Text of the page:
The history of the thumb piano in Africa and how the kalimba got to be a household name
I just gave a presentation on the kalimba at the OLLI-UA (Osher Lifelong Learning Institute at the University of Arizona) in Tucson, and decided to share with you the Powerpoint of the presentation (actually it’s a PDF of the Powerpoint). A great thing about this 45 page PDF presentation is that it has many clickable links to interesting sound recordings and YouTube videos, which really make the presentation come alive. One negative is that at a number of places, I made instructions to myself to play a certain song, or show a particular kalimba; these instructions are not presently linked to anything, so these parts of the presentation will be missing for the time being.
I invite you to download this 25 MB PDF presentation on the story of the kalimba and use it for your own enjoyment and education. Or it could help you if you are planning on making your own presentation on the history of the kalimba.
Full of interesting historical photographs and links to some of the most important kalimba footage in history, this version of the presentation greatly surpasses my earlier attempts to tell the kalimba story. The text is mostly in very brief outline or bullet presentation, so unfortunately, and for the moment, it does lack my personal words, thoughts, and general “slant” on the subject.
In addition to the historical information, there is also an extended bit of instruction for the 8- or 9- note Student Karimba, supposed by Andrew Tracey to be the “original mbira”. When I do a kalimba presentation, I bring a set of 22 student karimbas for members of the audience to use, and we get the left and right thumbs working together and learn a few different pieces of traditional music. I feel that getting an African chord progression rolling off their thumbs makes the dry information that the attenders have been taking in ever so much more real.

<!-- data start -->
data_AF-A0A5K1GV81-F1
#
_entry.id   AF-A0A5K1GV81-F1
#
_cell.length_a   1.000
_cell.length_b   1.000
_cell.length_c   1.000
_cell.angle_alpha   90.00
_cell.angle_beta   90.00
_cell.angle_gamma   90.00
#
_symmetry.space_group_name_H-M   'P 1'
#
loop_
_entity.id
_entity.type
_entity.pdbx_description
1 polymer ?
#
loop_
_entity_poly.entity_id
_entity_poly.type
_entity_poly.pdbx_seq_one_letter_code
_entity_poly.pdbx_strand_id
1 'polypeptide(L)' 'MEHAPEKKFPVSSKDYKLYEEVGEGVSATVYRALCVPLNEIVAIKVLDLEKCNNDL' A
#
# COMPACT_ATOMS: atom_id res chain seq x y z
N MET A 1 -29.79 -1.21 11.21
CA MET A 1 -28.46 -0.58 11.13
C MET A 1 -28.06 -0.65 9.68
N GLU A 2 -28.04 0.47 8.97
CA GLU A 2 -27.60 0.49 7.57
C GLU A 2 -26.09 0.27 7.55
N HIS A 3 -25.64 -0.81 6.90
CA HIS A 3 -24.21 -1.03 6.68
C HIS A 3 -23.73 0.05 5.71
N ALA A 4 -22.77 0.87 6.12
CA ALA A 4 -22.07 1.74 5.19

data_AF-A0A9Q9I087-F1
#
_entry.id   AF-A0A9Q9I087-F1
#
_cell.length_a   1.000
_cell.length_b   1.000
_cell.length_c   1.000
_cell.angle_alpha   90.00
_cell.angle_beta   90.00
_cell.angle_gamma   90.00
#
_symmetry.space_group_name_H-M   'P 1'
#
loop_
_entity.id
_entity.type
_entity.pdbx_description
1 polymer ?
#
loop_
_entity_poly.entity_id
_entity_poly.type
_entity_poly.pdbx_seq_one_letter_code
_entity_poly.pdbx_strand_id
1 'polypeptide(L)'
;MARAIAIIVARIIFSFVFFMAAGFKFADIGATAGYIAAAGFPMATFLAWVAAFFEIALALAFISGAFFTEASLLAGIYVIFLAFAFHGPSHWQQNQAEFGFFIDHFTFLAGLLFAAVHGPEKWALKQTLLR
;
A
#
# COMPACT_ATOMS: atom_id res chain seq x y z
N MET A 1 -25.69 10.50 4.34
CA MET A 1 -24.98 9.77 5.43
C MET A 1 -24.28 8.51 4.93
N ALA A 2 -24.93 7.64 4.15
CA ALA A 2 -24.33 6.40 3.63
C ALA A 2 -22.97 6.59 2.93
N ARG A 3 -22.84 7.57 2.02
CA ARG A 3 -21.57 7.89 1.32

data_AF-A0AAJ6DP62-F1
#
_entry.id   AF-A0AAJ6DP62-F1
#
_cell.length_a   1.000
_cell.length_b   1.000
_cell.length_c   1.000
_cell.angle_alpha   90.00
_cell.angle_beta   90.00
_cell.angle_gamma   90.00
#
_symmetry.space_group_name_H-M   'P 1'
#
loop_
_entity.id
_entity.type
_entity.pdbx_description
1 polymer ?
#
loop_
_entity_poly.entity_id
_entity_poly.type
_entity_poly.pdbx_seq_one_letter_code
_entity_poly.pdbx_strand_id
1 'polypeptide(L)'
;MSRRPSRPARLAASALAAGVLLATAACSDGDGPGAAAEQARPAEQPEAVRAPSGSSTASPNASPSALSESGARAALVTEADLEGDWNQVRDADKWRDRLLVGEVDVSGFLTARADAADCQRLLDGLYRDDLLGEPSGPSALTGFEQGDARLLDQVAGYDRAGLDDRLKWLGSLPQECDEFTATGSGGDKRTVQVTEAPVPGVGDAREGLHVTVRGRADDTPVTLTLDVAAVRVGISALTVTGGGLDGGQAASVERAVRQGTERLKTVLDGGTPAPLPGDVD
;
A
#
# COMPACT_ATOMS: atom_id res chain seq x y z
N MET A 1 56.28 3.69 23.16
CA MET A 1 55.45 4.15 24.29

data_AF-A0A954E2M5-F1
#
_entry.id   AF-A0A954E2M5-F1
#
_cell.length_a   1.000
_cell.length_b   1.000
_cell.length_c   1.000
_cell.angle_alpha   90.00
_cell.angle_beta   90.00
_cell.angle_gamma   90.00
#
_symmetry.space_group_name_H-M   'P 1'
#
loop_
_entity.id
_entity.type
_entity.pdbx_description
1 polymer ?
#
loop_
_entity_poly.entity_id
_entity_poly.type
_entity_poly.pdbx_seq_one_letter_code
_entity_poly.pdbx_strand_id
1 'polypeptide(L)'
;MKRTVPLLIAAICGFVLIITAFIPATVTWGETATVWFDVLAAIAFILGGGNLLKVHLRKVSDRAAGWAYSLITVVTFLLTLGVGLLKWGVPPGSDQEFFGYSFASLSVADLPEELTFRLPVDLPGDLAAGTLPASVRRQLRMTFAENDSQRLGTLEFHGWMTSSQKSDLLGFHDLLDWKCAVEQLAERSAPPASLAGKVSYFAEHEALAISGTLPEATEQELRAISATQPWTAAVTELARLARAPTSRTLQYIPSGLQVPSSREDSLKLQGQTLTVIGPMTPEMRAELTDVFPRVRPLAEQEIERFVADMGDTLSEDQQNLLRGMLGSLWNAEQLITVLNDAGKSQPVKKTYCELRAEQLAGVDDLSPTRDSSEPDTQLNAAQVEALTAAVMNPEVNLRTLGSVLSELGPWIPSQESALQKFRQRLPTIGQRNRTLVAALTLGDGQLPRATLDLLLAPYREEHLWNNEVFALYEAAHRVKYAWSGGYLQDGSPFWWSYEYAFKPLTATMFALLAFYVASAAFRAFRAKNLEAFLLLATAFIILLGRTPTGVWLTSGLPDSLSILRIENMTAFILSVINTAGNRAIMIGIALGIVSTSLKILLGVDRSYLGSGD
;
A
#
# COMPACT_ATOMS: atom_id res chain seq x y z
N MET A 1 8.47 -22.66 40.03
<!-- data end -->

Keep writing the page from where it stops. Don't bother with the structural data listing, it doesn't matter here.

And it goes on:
In the presentation, there is a very interesting clip of Hugh Tracey in front of his collection of traditional kalimbas. He goes from one to another and plays a few notes on each, but doesn’t really play any real music on them. Then he switches to his own invention, the Hugh Tracey Treble Kalimba, and plays the eminently recognizable “Jesu, Joy of Man’s Desiring”.
A large part of the kalimba story is that each group of African people who got the kalimba changed it to so they could play their own music on it. They made an instrument that played their own scale, rather than the scale of the people from whom they got the kalimba. The Hugh Tracey kalimba was built for the western ear, for people accustomed to western harmonies and melodies. It is a kalimba with uniformly graded tone across the instrument (much easier for westerners to “grok”), is more manageable and is easily tuned. Yet, it is still a kalimba.
So we can see here that Hugh Tracey did exactly what people have always historically done with the kalimba; although he probably changed it more and took it a great distance away from its origins, and made it a lot simpler for westerners to work with…he still fulfilled the human imperative, in continuing the evolution of this marvelous little instrument. And the kalimbas that I personally connect with are almost all Hugh Tracey kalimbas; I am very glad that they exist in the world.